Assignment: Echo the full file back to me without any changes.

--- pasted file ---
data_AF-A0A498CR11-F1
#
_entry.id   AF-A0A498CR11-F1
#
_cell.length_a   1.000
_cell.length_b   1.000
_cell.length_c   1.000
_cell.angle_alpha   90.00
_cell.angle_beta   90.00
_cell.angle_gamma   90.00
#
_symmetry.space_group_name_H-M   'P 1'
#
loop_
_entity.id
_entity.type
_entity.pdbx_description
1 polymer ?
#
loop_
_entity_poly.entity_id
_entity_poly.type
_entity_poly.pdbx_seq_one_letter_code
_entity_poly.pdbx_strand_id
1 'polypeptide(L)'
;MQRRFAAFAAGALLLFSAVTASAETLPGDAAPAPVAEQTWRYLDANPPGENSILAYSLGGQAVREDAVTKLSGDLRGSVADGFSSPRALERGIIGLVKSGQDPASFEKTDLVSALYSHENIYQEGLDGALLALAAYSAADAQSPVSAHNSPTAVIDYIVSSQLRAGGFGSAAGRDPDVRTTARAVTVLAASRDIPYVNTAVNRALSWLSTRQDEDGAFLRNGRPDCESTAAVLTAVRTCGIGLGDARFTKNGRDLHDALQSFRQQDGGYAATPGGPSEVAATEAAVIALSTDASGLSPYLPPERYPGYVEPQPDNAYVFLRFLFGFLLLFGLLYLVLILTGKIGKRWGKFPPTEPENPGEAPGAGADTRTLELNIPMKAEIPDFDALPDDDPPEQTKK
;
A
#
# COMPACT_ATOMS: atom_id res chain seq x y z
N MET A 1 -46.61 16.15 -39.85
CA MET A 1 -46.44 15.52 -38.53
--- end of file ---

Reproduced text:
data_AF-A0A498CR11-F1
#
_entry.id   AF-A0A498CR11-F1
#
_cell.length_a   1.000
_cell.length_b   1.000
_cell.length_c   1.000
_cell.angle_alpha   90.00
_cell.angle_beta   90.00
_cell.angle_gamma   90.00
#
_symmetry.space_group_name_H-M   'P 1'
#
loop_
_entity.id
_entity.type
_entity.pdbx_description
1 polymer ?
#
loop_
_entity_poly.entity_id
_entity_poly.type
_entity_poly.pdbx_seq_one_letter_code
_entity_poly.pdbx_strand_id
1 'polypeptide(L)'
;MQRRFAAFAAGALLLFSAVTASAETLPGDAAPAPVAEQTWRYLDANPPGENSILAYSLGGQAVREDAVTKLSGDLRGSVADGFSSPRALERGIIGLVKSGQDPASFEKTDLVSALYSHENIYQEGLDGALLALAAYSAADAQSPVSAHNSPTAVIDYIVSSQLRAGGFGSAAGRDPDVRTTARAVTVLAASRDIPYVNTAVNRALSWLSTRQDEDGAFLRNGRPDCESTAAVLTAVRTCGIGLGDARFTKNGRDLHDALQSFRQQDGGYAATPGGPSEVAATEAAVIALSTDASGLSPYLPPERYPGYVEPQPDNAYVFLRFLFGFLLLFGLLYLVLILTGKIGKRWGKFPPTEPENPGEAPGAGADTRTLELNIPMKAEIPDFDALPDDDPPEQTKK
;
A
#
# COMPACT_ATOMS: atom_id res chain seq x y z
N MET A 1 -46.61 16.15 -39.85
CA MET A 1 -46.44 15.52 -38.53